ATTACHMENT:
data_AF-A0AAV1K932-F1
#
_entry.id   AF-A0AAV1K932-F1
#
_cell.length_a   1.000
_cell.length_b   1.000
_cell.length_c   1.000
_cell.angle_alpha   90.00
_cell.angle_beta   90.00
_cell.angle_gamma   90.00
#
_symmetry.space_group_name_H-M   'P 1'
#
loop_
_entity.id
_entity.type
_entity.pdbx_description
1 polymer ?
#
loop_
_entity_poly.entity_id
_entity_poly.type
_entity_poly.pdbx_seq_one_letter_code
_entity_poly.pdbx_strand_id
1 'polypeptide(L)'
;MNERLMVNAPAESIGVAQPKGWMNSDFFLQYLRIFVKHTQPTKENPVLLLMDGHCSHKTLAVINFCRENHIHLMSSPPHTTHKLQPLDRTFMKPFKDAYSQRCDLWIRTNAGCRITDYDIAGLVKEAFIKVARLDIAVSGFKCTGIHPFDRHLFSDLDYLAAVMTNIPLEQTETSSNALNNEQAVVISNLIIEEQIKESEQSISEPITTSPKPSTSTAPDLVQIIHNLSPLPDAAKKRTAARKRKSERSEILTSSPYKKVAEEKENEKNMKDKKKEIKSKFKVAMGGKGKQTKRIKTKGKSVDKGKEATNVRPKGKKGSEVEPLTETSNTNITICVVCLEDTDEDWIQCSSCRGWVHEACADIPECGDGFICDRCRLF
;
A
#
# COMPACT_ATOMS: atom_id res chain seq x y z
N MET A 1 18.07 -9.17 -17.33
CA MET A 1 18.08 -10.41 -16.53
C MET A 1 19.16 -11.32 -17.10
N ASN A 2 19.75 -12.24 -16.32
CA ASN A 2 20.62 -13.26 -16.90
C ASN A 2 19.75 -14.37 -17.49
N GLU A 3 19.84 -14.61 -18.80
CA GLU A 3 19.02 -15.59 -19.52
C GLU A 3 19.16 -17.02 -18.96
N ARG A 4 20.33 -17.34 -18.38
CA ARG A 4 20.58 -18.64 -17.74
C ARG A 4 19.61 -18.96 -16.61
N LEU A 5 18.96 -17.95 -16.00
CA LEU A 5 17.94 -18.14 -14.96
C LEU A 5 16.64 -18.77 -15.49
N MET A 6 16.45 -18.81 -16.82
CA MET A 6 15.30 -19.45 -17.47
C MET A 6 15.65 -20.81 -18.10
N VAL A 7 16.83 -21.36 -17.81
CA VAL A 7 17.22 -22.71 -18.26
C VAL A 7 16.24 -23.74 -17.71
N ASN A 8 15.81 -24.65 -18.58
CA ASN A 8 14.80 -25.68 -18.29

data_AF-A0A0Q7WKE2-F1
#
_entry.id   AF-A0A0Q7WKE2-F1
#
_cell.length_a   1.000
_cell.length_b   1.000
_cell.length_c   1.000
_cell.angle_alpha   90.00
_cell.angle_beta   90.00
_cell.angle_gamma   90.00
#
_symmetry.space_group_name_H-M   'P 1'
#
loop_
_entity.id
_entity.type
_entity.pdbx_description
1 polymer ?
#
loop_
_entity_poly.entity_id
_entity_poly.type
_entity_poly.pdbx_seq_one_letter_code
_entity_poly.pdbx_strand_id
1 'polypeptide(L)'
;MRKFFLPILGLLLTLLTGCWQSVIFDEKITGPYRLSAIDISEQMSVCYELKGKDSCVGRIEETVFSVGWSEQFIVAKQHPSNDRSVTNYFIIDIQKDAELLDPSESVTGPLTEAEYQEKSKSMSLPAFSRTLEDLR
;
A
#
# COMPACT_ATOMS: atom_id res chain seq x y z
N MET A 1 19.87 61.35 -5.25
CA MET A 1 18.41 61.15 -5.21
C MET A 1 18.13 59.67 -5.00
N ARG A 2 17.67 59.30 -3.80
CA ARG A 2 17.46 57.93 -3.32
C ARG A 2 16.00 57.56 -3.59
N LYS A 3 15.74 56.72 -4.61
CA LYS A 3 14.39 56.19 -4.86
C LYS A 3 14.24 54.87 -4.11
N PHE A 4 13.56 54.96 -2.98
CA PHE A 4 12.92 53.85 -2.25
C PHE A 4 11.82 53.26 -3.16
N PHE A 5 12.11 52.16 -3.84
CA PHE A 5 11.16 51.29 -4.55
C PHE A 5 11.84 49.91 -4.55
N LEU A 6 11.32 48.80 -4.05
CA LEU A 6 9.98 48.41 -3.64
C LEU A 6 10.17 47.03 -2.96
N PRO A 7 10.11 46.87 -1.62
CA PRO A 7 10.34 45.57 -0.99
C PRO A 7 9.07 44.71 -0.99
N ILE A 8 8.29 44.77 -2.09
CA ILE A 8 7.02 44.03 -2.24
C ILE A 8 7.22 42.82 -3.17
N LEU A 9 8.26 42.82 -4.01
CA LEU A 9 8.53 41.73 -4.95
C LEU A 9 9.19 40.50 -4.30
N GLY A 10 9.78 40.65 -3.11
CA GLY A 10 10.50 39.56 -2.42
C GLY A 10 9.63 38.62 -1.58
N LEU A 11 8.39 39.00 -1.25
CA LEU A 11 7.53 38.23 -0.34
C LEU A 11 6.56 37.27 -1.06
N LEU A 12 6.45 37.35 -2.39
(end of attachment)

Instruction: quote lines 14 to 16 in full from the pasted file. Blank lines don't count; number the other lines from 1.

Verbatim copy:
loop_
_entity.id
_entity.type